Apple co-founder Steve Wozniak has thrown his weight behind the burgeoning right-to-repair movement despite resistance from the company he helped to build.
The right-to-repair movement calls for new laws guaranteeing users access to information and parts to fix their own devices.
Current laws in the US and Europe limit right-to-repair rules to vehicles and appliances respectively.
But campaigners have called for legislation to be expanded to cover consumer electronics.
In a video posted to Cameo, Wozniak came out in support of the movement, saying he was “totally supportive” and that the people behind it were “doing the right thing”.
“We wouldn’t have had an Apple had I not grown up in a very open technology world,” he said. “It’s time to recognise the right to repair more fully.”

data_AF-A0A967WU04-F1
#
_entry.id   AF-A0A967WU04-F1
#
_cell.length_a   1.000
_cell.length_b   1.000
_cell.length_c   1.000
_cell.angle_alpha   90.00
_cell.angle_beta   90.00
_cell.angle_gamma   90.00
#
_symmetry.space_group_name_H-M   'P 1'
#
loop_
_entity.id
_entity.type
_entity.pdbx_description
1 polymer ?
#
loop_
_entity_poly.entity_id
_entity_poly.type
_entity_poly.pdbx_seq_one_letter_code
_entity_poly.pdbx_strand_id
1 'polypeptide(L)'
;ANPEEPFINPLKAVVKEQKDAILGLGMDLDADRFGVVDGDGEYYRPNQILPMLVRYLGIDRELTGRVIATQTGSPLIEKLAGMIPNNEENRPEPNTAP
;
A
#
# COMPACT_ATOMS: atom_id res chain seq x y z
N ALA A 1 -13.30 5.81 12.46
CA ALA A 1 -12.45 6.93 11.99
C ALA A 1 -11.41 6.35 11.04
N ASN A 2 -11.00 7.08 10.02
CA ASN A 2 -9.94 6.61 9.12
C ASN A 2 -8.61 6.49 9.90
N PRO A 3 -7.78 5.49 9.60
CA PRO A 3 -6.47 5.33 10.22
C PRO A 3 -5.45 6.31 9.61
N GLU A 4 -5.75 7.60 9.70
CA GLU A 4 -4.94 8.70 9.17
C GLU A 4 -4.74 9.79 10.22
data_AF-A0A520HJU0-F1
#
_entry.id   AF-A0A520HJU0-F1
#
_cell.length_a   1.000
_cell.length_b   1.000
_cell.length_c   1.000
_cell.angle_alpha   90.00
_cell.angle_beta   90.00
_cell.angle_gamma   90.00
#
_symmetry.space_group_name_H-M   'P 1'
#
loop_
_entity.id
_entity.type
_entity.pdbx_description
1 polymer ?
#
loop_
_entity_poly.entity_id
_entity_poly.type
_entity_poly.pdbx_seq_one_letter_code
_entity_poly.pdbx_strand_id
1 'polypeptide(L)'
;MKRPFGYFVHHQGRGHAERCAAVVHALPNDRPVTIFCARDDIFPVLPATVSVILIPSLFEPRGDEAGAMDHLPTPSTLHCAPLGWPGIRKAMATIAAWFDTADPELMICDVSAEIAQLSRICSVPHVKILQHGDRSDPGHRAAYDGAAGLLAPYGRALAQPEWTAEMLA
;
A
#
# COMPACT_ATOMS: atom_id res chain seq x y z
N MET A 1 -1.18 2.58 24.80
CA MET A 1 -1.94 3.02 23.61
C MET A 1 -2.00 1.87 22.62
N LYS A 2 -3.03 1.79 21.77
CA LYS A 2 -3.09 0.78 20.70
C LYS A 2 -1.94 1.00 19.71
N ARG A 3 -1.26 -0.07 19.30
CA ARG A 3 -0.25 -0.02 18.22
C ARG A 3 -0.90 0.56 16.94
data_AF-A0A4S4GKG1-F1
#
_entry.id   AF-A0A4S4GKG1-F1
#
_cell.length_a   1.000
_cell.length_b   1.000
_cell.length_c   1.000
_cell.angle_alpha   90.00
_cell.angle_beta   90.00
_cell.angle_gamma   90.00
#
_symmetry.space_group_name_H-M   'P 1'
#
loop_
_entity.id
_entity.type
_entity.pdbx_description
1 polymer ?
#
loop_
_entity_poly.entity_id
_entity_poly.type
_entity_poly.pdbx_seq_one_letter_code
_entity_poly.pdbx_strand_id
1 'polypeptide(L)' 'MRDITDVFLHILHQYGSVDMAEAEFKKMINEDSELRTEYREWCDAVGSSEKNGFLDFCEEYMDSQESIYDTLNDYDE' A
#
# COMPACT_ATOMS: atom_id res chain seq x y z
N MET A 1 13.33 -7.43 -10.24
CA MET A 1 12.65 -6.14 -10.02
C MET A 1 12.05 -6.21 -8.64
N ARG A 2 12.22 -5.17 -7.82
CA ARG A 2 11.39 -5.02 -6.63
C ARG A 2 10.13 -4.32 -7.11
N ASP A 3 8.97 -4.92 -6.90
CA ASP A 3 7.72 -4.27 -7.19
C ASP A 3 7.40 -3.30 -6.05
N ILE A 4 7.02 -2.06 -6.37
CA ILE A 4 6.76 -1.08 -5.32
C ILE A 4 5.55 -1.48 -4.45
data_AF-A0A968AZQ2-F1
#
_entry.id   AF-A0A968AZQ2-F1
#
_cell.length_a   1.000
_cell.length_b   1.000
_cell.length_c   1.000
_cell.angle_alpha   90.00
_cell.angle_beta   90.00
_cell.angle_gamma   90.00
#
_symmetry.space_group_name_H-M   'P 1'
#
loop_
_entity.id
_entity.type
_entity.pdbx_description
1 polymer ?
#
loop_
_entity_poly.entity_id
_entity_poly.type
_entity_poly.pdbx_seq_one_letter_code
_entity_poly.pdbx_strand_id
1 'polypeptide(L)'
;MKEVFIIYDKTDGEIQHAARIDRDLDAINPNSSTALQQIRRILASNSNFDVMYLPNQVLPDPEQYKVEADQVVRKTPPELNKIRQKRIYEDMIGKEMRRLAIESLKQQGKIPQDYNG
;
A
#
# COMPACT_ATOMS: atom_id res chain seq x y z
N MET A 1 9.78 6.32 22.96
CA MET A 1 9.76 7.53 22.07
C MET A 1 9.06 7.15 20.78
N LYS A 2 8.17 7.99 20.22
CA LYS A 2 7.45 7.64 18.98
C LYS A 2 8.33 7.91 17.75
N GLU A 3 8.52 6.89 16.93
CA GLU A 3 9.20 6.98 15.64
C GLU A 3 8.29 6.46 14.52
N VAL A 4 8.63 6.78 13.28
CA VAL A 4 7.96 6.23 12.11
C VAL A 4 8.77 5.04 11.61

The tech entrepreneur, who founded Apple with Steve Jobs in 1976, said the Apple II computer shipped with full schematics and designs.
“This product was the only source of profits for Apple for the first 10 years… So why stop them? Why stop the self-repair community?” he said.
The comments put Wozniak in conflict with Apple, where he is still technically an employee.
The tech giant has been accused of hampering efforts to expand right-to-repair laws and has reportedly hired lobbyists to persuade US politicians that repairing devices can be dangerous.
“Companies inhibit [the right to repair] because it gives the companies power, control, over everything,” he said. “It’s time to start doing the right things.”